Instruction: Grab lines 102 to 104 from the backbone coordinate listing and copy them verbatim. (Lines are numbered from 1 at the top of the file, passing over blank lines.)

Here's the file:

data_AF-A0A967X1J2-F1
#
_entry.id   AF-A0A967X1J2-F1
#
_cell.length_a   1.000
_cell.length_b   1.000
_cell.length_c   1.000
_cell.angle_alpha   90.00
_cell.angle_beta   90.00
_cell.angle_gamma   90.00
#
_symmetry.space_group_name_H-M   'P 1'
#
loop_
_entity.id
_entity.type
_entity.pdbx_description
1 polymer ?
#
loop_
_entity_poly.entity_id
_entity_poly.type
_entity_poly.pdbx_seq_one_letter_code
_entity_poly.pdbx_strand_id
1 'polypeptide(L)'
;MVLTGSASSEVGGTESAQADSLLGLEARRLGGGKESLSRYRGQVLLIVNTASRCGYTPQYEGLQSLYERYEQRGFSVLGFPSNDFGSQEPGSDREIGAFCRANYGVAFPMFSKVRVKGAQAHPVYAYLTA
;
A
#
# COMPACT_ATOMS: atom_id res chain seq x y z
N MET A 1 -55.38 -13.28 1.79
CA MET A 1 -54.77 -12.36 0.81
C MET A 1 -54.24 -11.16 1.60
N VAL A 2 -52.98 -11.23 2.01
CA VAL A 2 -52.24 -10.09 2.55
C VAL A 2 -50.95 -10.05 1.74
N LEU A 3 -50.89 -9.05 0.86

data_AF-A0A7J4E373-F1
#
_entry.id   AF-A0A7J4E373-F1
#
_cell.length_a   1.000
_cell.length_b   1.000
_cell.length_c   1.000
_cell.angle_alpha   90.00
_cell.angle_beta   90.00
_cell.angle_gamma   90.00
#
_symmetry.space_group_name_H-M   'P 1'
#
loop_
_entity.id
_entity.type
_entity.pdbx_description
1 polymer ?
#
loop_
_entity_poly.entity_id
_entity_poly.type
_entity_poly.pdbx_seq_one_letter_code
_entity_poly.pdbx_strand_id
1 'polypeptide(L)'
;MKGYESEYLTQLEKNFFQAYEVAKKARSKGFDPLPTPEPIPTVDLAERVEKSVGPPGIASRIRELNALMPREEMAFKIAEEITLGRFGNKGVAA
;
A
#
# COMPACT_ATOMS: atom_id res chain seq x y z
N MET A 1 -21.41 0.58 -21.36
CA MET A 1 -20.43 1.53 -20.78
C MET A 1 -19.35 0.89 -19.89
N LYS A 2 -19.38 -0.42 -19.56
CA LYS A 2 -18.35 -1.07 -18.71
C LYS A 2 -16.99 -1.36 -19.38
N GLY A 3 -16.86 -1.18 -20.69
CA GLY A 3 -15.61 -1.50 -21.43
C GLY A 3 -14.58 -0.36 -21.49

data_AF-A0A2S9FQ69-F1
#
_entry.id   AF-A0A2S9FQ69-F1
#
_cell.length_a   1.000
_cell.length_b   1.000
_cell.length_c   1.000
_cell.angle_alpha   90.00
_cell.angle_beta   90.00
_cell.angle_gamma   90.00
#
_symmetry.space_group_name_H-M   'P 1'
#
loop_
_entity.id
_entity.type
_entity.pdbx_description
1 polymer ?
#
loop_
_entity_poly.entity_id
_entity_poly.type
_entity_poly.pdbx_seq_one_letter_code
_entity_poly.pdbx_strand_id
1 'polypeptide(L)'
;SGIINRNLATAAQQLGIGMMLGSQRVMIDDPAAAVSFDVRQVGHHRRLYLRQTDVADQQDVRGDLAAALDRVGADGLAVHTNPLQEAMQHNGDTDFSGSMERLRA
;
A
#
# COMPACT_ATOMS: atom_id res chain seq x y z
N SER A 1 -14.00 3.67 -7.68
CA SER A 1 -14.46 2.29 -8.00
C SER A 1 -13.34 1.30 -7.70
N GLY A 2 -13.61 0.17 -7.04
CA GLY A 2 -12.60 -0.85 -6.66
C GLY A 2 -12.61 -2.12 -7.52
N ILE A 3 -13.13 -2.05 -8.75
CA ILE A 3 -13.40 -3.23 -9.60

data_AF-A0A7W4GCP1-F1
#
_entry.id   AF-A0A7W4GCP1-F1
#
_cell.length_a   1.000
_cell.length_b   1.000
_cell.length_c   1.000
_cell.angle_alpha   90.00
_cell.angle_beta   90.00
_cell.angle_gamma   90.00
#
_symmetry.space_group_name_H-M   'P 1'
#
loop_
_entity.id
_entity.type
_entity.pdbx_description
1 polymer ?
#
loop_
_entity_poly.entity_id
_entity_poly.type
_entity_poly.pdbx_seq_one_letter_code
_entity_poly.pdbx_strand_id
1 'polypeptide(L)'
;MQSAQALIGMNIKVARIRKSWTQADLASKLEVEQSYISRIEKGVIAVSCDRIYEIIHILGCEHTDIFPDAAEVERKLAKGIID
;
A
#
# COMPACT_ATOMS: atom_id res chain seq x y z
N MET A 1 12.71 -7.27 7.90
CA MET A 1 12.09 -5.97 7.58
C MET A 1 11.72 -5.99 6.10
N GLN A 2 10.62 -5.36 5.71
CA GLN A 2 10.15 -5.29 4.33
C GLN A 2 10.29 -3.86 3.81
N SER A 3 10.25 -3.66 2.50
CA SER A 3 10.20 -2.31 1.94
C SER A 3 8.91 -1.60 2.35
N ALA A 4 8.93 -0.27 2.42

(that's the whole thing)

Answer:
;SGIINRNLATAAQQLGIGMMLGSQRVMIDDPAAAVSFDVRQVGHHRRLYLRQTDVADQQDVRGDLAAALDRVGADGLAVHTNPLQEAMQHNGDTDFSGSMERLRA
;
A